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Fulton County Schools Superintendent delivers update on post-COVID strategies

JOHNS CREEK, Ga. — Fulton County Schools Superintendent Mike Looney says the district is addressing learning disruptions brought on by the COVID-19 pandemic, and plans are in place to restore student achievement levels.

Looney

LOONEY

In a report to the Johns Creek City Council April 26, Looney announced updates on staff vaccinations, technology upgrades and strategies to restore academic progress stunted by disruptions from the pandemic.

While roughly 3,500 Fulton County Schools employees were vaccinated at Mercedes Benz Stadium,

Looney said he hopes more will participate. He said the district has no plans to mandate vaccinations for its more than 14,000 employees and 93,000 students unless ordered to do so by state or federal authorities.

Looney highlighted advances in the district’s technology, pointing out increases in use and availability. Bandwidth doubled, and digital resources increased tremendously, he said.

The superintendent said the district has devised a strategy to restore academic progress.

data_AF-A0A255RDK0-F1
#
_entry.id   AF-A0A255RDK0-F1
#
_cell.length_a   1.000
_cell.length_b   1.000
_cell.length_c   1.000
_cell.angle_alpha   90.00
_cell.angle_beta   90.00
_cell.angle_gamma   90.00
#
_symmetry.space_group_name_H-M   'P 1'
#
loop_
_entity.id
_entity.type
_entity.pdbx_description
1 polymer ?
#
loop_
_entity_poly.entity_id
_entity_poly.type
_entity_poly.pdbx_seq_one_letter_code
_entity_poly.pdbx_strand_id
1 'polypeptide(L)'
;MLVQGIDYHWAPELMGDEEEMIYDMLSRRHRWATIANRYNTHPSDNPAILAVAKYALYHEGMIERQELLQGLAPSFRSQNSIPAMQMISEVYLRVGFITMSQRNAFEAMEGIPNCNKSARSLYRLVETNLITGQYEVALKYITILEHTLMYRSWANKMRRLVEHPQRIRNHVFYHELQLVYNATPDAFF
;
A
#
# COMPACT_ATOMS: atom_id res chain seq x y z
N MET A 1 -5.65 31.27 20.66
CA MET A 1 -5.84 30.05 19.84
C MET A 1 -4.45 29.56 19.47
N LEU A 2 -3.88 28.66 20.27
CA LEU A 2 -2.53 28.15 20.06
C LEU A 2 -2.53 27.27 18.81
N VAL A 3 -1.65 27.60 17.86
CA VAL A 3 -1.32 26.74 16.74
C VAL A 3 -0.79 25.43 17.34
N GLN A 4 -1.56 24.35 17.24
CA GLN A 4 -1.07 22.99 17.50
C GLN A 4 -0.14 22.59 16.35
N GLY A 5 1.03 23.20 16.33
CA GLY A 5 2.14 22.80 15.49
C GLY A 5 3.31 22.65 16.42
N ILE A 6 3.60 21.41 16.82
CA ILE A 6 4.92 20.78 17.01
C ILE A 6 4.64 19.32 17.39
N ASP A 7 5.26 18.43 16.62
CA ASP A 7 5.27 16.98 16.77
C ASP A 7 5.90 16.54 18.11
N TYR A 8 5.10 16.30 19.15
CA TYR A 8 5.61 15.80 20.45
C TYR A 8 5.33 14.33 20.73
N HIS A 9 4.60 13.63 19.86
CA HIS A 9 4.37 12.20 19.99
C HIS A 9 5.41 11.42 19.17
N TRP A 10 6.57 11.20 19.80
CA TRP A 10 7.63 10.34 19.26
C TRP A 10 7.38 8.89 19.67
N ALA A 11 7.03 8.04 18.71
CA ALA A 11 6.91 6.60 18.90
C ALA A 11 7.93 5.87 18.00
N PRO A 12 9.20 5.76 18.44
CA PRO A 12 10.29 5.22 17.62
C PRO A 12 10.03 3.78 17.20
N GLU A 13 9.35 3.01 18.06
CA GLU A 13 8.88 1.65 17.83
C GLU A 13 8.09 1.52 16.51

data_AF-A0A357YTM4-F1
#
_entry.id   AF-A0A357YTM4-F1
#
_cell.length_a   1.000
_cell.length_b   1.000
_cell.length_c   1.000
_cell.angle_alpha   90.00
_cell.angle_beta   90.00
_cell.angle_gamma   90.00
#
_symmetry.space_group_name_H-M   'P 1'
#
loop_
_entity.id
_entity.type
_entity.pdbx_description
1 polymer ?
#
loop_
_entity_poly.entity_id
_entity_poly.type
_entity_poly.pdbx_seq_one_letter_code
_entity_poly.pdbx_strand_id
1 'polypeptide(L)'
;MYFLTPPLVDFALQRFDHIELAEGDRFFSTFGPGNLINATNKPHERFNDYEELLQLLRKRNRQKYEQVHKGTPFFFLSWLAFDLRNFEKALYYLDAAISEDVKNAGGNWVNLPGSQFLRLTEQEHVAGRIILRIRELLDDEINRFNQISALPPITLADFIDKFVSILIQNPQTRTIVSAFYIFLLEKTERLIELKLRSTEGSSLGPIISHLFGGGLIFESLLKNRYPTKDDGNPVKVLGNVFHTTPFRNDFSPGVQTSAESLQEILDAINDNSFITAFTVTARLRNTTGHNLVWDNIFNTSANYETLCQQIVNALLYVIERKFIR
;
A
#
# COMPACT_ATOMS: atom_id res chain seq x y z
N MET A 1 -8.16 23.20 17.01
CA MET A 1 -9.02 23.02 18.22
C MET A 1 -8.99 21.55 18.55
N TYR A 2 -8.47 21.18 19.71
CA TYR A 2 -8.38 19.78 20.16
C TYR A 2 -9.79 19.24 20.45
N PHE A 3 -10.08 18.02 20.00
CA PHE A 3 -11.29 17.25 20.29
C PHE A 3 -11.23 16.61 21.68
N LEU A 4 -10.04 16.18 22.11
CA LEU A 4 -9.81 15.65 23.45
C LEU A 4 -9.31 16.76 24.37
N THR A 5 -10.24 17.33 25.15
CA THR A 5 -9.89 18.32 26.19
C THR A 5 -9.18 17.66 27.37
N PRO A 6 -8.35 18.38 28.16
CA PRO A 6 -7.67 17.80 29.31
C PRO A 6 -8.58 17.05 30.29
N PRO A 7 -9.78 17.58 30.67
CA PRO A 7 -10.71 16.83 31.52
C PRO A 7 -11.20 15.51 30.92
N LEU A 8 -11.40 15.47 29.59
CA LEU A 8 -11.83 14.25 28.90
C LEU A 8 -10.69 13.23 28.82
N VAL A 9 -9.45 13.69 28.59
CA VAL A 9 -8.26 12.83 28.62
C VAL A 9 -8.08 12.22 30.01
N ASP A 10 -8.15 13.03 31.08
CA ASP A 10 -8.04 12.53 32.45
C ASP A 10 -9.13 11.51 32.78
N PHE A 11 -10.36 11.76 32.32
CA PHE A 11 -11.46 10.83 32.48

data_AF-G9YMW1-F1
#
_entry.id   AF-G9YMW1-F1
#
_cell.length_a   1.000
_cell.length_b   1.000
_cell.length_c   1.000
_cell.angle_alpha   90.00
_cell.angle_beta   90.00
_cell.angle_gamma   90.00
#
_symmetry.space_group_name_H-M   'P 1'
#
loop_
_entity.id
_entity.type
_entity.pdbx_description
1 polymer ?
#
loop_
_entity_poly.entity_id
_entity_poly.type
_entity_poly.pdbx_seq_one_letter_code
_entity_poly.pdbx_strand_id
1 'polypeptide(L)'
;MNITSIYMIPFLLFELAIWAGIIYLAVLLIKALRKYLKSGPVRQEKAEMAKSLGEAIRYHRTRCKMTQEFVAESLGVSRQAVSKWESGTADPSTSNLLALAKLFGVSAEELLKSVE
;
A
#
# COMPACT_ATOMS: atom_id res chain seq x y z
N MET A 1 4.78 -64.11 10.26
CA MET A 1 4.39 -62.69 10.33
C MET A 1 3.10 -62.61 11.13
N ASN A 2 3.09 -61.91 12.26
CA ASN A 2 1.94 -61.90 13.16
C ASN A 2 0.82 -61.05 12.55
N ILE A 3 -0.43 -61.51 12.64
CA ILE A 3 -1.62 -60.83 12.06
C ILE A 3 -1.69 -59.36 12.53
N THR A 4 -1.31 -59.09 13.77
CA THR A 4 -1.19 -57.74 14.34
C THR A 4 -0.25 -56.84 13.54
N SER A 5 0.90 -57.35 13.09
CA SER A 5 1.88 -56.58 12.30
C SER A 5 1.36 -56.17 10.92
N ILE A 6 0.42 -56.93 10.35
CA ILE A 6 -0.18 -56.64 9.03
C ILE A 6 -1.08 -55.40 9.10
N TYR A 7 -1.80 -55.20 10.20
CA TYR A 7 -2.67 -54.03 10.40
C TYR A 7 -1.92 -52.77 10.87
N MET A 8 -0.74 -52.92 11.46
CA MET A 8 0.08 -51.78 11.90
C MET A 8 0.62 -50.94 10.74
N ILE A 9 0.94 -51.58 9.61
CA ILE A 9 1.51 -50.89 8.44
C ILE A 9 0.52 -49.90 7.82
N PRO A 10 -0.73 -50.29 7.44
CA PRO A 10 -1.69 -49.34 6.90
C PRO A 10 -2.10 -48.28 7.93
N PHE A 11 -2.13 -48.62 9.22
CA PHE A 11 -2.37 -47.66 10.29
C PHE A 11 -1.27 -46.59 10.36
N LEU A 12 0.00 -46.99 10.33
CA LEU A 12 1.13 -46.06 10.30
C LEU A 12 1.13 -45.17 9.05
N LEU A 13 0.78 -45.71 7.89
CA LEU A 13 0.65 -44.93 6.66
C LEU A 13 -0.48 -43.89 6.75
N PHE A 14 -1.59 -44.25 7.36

“We know that for the average student, they've gained about half as much progress as they otherwise would have gained had COVID not happened in our school community,” Looney said.

The strategy features extended time for students in the classroom before, after and during summer school, small group instruction and parent engagement.

Additionally, Looney said the district is exploring a plan to use space in lower-enrollment elementary schools to relieve overcrowding in middle schools. The result would be creation of a traditional K-8 school.

“K-8 models are exactly what they sound like, and that is a school that would serve kindergarten through eighth grade in the same school,” Looney said. “There is a lot of research that talks about the tremendous benefits from an academic perspective, from a social and emotional perspective, from a behavioral perspective and also from a community involvement engagement perspective.”

Looney said the district will consider elementary schools with a 60-70 percent capacity in communities that want to participate.

City Council members expressed their interest in the K-8 model for maximizing efficiency in local schools.